Using CLG, colleagues in the department of medicine and epidemiology at Montefiore have shown that tiny filters now commonly inserted in veins to prevent coagulation in embolism patients offer no advantage as adjunct therapy for patients already taking anticoagulation drugs. This internal study became a national medical journal article.

CLG also helped Montefiore researchers demonstrate that the use of hospitalists substantially reduces the lengths of stay for patients with severe illnesses such as stroke and pneumonia while maintaining quality care and quality resident education. This study was published in the Archives of Internal Medicine.

Measuring Medicare: A Policy Case Study
In 2005, the Centers for Medicare & Medicaid Services announced a new rule for rehabilitation hospitals, requiring that a large percentage of their patients must have one of 13 specific diagnoses or the facilities could lose reimbursement. Concerned about the rule’s potential impact on patients, a group of physicians at Montefiore, using CLG, performed a retrospective study of discharges from the hospital during the year before the rules were implemented and discharges the year after the rule was enacted.

They found that, in general, “restricting access to inpatient rehabilitation on the basis of diagnosis alone” resulted in patients being readmitted sooner and dying sooner. Their study called for broader, evidence-based guidelines to allocate rehabilitation services. It was published and augmented the case against the rules.

CLG Used in Heparin Scare
Last year, during the made-in-China heparin scare, the FDA did a random review of hospitals, and Montefiore Medical Center was chosen for inspection. The FDA review revealed that Montefiore had properly notified its physicians and evaluated its stock. However, Montefiore then did a rapid, hospitalwide study to check whether patients using heparin that year vs. the previous year had a longer hospitalization or died sooner. Clinical staff keyed in “heparin” on the computer and tracked all the patients who had been given the blood-thinning drug in December 2007 and January 2008 and compared their length of stay and mortality with patients who had been given heparin in December 2006 and January 2007. The answer: There was no increase in either measure—and no cause for alarm.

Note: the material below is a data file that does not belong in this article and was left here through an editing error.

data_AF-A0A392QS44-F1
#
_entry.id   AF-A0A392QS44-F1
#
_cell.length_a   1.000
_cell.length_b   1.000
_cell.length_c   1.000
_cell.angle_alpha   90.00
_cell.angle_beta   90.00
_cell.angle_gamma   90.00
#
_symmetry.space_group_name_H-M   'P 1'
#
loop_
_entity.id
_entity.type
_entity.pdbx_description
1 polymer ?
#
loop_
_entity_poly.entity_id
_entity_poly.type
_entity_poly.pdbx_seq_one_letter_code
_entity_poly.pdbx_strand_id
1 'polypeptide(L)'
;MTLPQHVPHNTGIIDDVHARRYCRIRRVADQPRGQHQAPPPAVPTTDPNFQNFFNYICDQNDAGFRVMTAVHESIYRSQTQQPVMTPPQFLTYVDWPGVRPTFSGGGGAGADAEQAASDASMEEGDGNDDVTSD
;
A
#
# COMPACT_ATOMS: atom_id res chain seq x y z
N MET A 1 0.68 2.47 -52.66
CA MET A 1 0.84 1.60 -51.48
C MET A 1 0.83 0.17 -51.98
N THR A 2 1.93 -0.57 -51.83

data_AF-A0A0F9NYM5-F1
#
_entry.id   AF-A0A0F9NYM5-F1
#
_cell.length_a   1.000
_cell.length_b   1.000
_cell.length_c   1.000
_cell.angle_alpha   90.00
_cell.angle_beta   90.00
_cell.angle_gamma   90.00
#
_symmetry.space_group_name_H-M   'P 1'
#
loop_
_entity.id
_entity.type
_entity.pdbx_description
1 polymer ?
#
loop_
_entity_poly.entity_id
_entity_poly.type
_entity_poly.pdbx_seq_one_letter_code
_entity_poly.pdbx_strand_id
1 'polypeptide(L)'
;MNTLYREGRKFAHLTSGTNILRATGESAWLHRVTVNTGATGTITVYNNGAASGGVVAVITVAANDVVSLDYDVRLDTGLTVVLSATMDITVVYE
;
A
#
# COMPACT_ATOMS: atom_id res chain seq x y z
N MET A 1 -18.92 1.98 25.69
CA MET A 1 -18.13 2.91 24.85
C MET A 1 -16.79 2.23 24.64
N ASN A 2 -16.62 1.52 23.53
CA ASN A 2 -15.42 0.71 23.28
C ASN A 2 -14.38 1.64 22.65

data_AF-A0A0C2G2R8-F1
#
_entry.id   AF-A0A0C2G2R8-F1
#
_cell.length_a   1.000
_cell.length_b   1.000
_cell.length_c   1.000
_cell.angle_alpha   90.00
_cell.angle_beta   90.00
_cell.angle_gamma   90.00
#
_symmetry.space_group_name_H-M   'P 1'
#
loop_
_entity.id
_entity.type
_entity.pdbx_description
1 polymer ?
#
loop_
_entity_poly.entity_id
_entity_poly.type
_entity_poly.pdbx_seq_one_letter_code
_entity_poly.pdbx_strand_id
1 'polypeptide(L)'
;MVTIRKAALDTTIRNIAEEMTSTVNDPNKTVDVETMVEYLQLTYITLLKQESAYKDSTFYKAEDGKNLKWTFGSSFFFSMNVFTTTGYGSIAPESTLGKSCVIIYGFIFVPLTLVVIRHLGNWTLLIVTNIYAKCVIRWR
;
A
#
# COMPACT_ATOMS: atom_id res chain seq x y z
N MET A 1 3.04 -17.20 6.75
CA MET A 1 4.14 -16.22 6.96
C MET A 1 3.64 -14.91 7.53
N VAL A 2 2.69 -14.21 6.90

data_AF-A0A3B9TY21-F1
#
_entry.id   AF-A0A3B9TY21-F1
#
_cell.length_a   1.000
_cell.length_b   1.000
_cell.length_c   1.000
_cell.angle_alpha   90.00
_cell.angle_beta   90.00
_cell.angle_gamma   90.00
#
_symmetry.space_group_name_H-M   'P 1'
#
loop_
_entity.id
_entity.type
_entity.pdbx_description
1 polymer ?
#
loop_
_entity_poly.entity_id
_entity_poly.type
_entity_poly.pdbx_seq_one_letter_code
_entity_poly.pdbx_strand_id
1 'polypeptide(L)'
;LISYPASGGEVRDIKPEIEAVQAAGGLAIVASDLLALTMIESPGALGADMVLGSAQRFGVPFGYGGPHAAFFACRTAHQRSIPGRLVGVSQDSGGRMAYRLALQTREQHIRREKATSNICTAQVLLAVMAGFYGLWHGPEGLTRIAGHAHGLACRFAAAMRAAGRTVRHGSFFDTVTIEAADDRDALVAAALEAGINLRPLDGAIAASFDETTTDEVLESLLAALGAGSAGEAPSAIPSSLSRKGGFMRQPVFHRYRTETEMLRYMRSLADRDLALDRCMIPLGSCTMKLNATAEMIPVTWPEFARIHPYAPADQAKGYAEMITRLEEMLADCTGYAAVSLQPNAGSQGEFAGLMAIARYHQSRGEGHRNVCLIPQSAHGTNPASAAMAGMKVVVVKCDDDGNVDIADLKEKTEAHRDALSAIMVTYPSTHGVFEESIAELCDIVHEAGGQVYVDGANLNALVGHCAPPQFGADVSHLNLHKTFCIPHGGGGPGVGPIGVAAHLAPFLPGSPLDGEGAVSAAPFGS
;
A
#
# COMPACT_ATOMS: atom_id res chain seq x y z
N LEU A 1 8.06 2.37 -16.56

Monitoring, Improving Care for 14,000 Diabetes Patients
Using CLG, physicians at Montefiore’s 25 ambulatory care centers have been able to identify 14,000 diabetes patients, track their care and progress over time, and compare improvements in blood glucose and cholesterol levels of the patients at one center vs. another and even one physician vs. another. Comparisons are important because some Montefiore physicians practice outcome-based medicine linked to pay-for-performance incentives—physicians whose patients have lower scores get more pay. The pay-for-performance initiative has greatly helped lower blood glucose and cholesterol levels in these patients. Without CLG, Montefiore would not be able to monitor and compare scores for this many patients.

Patience Results in Intellectual Growth
Not all 2,800 CLG queries each month bear immediate fruit. A clinical hypothesis is posed, a group of patients with a certain condition is identified, CLG runs the data and, for one reason or another, there is a dead end. When this happens, the Montefiore investigator has an intellectual home to go to for collegial advice. The division of general medicine, for example, holds bimonthly lunches at which ideas and experiences are shared, avenues for productive exploration recommended, and new CLG inquires are rigorously critiqued by peers.

“CLG allows all clinicians and hospital administration to test hypotheses that just a few years ago would have been impossible to do. It democratizes the research process. To be able to identify, within minutes, a cohort of patients, qualify them by a specific disease, medication, clinical event, race, time period, or neighborhood provides a new paradigm for population-based medicine and a new level of importance for healthcare informatics,” says Bellin.

— Source: Montefiore Medical Center